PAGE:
Isaiah Wynn’s shredded left Achilles is probably not a good jumping-off point to having a big-boy discussion about the ravages of NFL preseason games.

Then again, when is there not a good jumping-off point to having a big-boy discussion about the ravages of NFL preseason games?

Wynn, a 21-year-old offensive tackle out of Georgia, was the Patriots’ first pick in the 2018 draft. It was one heck of a gift, this first- round pick, as it arrived from the Los Angeles Rams in exchange for receiver Brandin Cooks. Having landed the 23rd overall pick, the Pats, clearly thinking in terms of their short-term future, chose Wynn.

On the first day he arrived in Foxborough, the kid was handed an 8×10 glossy of Tom Brady and told the nature of his gig: Protect and serve New England’s iconic, Hall of Fame-bound quarterback who, we keep being told by important national opinion shapers, will soon “fall off a cliff” and be finished for good. Except that there’s no sign of it happening.

Turns out it’s Wynn, the rookie, not Brady, the 41-year-old, who has fallen off the cliff. And now Coach Bill Belichick is pecking around for quarterback protection, with one finger ready to pounce on “overnight delivery” as soon as he sees something he likes.

Wynn’s injury was not of the jarring, blood-curdling, turn-your-head-to-avoid-the-carnage variety. And it took place during the Patriots’ second preseason game, not the third, not the fourth. And even most people who are otherwise down on preseason football generally agree that a couple of tuneup tilts are necessary in order to get everyone ready for the heavy lifting of Week 1.

But it’s not just the length of the NFL’s preseason that should bother you; what should bother you is practice games masquerading as real games.

That’s pretty much what they are, right? To borrow from retired Philadelphia 76ers guard Allen Iverson, we’re talkin’ about practice, man. Practice.

And yet look how the NFL dresses up these practice games with so much makeup, powdered wigs and other frilly things. They stage these practice games – or, if you will, fake games – in the regular-season stadiums. They play them at night. Prime time!!! Tickets often are tied in with regular-season packages. And the NFL’s marketing whizzes have a way of adding a dose of drama by playing off recent history, such as selling Thursday night’s game as a make-pretend Super Bowl rematch.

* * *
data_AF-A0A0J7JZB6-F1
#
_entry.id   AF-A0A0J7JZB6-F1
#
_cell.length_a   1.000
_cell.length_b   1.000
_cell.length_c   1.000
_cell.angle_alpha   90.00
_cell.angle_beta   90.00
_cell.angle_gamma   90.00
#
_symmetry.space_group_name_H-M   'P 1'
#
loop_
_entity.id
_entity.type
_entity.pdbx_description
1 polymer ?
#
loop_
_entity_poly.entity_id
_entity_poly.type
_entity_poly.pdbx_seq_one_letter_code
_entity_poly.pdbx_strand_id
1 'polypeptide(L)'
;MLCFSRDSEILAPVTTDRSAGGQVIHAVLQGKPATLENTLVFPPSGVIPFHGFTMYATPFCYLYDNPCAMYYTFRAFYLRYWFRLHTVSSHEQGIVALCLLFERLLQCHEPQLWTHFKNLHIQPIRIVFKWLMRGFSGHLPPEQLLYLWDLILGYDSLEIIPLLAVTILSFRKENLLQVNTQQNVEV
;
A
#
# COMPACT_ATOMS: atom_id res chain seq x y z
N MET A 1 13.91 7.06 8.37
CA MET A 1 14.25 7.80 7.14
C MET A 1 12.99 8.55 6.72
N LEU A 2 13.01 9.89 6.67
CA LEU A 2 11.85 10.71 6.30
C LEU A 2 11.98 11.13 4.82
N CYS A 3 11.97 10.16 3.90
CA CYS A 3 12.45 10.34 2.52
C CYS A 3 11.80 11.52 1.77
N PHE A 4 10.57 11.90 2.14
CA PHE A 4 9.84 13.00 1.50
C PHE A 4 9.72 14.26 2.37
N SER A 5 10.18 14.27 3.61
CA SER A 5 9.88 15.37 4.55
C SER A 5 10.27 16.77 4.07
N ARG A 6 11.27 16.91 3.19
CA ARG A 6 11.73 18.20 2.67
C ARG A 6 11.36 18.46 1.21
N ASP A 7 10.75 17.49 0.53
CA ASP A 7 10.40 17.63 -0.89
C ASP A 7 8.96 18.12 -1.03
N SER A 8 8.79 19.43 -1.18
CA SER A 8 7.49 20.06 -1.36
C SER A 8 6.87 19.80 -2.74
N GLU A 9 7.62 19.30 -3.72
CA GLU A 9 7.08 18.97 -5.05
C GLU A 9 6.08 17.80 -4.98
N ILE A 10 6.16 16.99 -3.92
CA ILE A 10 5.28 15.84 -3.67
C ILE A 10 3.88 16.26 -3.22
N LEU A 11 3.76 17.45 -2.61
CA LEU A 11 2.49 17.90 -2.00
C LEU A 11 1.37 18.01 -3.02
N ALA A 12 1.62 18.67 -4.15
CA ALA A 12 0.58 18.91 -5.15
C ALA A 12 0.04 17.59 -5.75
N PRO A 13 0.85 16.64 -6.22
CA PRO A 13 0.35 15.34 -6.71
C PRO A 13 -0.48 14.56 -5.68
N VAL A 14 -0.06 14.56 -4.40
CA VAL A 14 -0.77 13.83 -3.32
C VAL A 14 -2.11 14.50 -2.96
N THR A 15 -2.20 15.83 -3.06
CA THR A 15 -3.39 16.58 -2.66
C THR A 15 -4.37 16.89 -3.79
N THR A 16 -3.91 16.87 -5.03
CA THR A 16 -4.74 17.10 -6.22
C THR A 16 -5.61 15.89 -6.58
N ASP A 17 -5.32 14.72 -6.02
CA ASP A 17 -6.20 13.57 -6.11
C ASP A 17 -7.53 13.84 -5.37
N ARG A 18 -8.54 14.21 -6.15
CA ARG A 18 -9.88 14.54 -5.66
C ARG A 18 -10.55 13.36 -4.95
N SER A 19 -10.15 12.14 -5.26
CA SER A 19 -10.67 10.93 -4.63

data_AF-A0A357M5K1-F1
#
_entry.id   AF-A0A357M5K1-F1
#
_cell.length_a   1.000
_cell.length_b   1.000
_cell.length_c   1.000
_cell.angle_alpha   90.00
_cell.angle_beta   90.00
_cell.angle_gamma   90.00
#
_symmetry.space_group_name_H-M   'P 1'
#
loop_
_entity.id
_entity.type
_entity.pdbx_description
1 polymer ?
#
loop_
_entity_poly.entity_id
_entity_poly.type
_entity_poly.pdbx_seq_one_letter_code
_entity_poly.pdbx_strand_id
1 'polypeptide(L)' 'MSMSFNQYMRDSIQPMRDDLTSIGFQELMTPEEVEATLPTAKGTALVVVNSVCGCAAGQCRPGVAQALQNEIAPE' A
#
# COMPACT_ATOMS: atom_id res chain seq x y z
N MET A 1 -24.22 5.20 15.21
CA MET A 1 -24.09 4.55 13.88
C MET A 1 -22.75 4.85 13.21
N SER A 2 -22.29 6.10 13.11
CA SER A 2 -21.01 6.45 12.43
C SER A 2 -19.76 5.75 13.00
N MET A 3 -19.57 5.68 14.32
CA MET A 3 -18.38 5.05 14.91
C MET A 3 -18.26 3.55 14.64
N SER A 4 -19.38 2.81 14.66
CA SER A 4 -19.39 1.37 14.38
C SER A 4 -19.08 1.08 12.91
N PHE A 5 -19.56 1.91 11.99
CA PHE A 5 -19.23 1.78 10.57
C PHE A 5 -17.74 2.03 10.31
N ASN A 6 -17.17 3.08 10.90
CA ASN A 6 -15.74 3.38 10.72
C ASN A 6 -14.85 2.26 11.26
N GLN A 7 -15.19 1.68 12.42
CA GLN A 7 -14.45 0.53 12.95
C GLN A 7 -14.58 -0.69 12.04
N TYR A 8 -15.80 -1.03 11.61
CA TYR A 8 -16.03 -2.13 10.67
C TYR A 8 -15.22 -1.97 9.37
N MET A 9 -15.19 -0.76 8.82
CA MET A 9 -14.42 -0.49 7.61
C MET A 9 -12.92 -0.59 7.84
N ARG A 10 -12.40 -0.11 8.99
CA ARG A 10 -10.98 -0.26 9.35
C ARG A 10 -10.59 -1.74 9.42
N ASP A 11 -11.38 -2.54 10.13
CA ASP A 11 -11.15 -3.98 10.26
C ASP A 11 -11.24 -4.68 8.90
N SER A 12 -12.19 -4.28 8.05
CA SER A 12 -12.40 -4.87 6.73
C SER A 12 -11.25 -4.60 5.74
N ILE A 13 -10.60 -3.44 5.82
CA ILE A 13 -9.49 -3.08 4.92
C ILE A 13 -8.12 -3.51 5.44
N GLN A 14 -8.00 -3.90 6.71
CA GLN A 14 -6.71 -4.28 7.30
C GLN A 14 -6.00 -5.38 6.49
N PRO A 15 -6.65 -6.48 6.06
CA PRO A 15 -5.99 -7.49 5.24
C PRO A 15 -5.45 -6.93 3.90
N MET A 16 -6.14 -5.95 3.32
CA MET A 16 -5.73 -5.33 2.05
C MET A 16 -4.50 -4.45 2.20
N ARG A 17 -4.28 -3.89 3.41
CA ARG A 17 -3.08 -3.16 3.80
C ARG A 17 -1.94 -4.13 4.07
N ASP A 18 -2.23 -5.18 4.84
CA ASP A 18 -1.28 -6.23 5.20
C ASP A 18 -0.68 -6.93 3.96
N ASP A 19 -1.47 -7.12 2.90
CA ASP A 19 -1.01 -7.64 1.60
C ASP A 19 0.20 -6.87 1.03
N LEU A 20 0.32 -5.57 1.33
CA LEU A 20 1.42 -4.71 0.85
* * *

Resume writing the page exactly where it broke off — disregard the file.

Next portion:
Sad but true: Actual human beings were calling the talk shows during the run-up to Thursday’s fake game, yapping about how the Eagles were lucky that night in Minneapolis this past February, Philly fans are yahoos, Malcolm Butler, blah, blah, blah.

Memo to these actual human beings: Thursday night was not an actual game. It was not the fifth quarter of the last Super Bowl. It was not a rematch.

It was a practice game.

Baseball, too, overdoes its slate of practice games, with Grapefruit League and Cactus League campaigns that seem to go on forever. Players’ eyes are just about glazed over by the third week of March, and the anxious horde of media types in attendance during that first zany week of “pitchers and catchers” has long since dwindled to a sagging front porch of beat writers who are by now as bored with the whole thing as the players.

But baseball must by necessity play its fake games in warm-weather climes. While I miss the rickety old spring- training parks, the good news is that the modern joints, while spacious and spiffy, don’t pretend to be big league venues. The PA announcer is usually some guy from the local radio station, with an earnest-sounding, hoping-to-make-it-to-a-big-market delivery, not a Voice of God type from The Big City. (Could you ever have imagined the late, great Bob Sheppard doing spring-training games for the Yankees?)

But I don’t want to turn this into a George Carlin football vs. baseball routine. So let’s stick with the football. And football is dangerous, right? Rules changes and newfangled equipment might make it safer but nothing will ever make it safe.

Everyone understands this. Right?

Apparently not, because we keep supporting the annual four-week con game known as the NFL preseason.

Only subscribers are eligible to post comments. Please subscribe or to participate in the conversation. Here’s why.

Use the form below to reset your password. When you've submitted your account email, we will send an email with a reset code.